Ötzi the Iceman, found in the Ötztaler Alps and whose remains have been dated to about 3300 BC, carried a copper axe and flint knife. He appears to have been in a region of Europe which was transitioning through this period at that time. Ötzi the Iceman (also spelled Oetzi and known also as Frozen Fritz) is the modern nickname of a well-preserved natural mummy of a man from about 3300 BC, found in 1991 in a glacier of the Ötztaler Alps, near the border between Austria and Italy. ... The Alps is the collective name for one of the great mountain range systems of Europe, stretching from Austria and Slovenia in the east, through Italy, Switzerland, Liechtenstein and Germany to France in the west. ... (34th century BC - 33rd century BC - 32nd century BC - other centuries) (5th millennium BC - 4th millennium BC - 3rd millennium BC) Events Major climate shift possibly due to shift in solar activity. ... Firefighter with a fire-axe An axe (also spelt as ax) is a tool with a metal blade that is securely fastened at a 90 degree angle to a handle, usually of wood, while a blade fastened horizontally is called an adze. ... Pebble beach made up of flint nodules eroded out of the nearby chalk cliffs, Cape Arkona, Rügen Flint (or flintstone) is a hard, sedimentary cryptocrystalline silica rock with a glassy appearance. ... Traditional Scandinavian puukko knife A knife is a sharp-edged hand tool used for cutting. ...


  Results from FactBites:
 
Golan - A Unique Chalcolithic Culture (785 words)
Remains of an unknown culture of the Chalcolithic period (4th millennium BCE) have been discovered in the Golan in the past thirty years.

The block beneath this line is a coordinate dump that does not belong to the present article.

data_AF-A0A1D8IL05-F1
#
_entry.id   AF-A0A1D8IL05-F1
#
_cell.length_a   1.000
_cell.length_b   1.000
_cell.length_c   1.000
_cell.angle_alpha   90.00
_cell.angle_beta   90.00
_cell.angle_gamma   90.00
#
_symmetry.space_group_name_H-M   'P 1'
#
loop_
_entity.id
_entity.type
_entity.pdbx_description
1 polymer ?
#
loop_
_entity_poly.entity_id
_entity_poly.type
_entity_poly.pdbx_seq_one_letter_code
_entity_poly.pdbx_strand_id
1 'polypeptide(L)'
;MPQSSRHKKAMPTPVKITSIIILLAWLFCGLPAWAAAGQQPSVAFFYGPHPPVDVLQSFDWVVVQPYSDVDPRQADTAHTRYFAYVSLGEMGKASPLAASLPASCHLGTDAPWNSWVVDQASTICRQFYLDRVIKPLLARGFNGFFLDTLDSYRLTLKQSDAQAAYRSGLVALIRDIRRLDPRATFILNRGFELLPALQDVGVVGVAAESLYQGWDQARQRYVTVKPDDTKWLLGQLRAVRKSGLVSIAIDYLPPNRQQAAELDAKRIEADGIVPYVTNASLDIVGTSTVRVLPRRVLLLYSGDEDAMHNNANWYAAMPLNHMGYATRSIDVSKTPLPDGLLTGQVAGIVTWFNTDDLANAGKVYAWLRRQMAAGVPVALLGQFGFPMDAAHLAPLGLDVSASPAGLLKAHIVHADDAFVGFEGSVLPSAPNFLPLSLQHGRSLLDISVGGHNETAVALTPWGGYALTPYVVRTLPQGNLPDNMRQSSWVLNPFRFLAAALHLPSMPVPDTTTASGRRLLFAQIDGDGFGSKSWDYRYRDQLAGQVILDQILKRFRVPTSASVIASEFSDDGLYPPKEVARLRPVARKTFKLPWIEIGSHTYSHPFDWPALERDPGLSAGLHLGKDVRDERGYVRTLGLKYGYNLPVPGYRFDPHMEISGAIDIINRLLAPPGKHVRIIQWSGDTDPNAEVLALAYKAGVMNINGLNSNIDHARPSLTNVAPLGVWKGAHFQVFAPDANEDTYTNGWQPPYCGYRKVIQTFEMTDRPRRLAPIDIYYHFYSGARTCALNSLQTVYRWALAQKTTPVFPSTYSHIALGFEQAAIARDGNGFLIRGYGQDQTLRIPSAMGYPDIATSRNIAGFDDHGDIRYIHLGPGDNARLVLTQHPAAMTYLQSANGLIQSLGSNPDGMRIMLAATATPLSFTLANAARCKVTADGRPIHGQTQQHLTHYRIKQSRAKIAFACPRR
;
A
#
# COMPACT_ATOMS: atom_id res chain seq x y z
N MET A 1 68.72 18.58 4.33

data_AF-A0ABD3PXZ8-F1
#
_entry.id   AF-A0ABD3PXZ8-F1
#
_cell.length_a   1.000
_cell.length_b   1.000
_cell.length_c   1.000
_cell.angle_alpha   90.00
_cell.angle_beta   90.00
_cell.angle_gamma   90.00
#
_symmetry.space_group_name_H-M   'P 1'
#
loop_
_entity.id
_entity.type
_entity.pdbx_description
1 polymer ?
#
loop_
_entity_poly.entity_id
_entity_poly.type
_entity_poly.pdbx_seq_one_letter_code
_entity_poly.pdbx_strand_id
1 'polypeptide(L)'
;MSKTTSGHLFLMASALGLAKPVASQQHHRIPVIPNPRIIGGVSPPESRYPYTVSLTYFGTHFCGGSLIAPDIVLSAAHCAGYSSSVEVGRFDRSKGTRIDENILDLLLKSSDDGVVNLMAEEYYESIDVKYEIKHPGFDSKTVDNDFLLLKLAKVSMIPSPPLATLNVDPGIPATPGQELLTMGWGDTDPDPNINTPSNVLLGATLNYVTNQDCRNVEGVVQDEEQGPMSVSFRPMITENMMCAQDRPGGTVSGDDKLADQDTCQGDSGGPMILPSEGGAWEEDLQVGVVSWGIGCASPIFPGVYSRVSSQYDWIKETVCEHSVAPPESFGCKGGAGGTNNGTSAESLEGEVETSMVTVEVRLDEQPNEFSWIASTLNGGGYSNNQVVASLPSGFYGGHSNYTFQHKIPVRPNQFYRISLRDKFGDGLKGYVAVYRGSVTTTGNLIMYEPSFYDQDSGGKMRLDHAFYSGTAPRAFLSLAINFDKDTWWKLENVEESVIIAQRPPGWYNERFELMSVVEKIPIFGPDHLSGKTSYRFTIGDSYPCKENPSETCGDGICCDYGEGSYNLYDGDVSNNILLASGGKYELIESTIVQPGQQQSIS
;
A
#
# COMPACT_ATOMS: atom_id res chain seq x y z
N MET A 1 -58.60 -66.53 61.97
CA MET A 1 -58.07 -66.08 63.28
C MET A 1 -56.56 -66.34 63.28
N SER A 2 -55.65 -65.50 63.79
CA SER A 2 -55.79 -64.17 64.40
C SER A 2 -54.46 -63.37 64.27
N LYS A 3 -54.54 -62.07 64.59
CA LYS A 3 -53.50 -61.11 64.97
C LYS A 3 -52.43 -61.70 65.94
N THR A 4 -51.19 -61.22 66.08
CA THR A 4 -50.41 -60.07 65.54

The Chalcolithic population in the Golan relied for survival on agriculture and herding.
Hillel Geva studied archeology at the Hebrew University of Jerusalem, participated in excavations in the Jewish Quarter and the Citadel in Jerusalem, and is author of the entry "Jerusalem" in the New Encyclopedia of Archeological Excavations in the Holy Land and editor of Ancient Jerusalem Revealed.
Chaper 6: The People, from the Paleolithic to the Chalcolithic Periods (3396 words)
The Chalcolithic Age (chalcos, copper; lithos, stone) extended from the middle of the fifth to near the end of the fourth millennium B.C. During this period the art of smelting and molding copper was developed, and stone and bone tools were now augmented by a limited supply of implements made of this new substance.
The skill developed by smiths in the handling of copper is amply illustrated in the several hundred beautifully fashioned cultic items from the end of the Chalcolithic period that were discovered in a cave near the Dead Sea in the spring of 1961.
In Egypt the Chalcolithic period is represented by Badarian culture, first found at al Badari.
  More results at FactBites »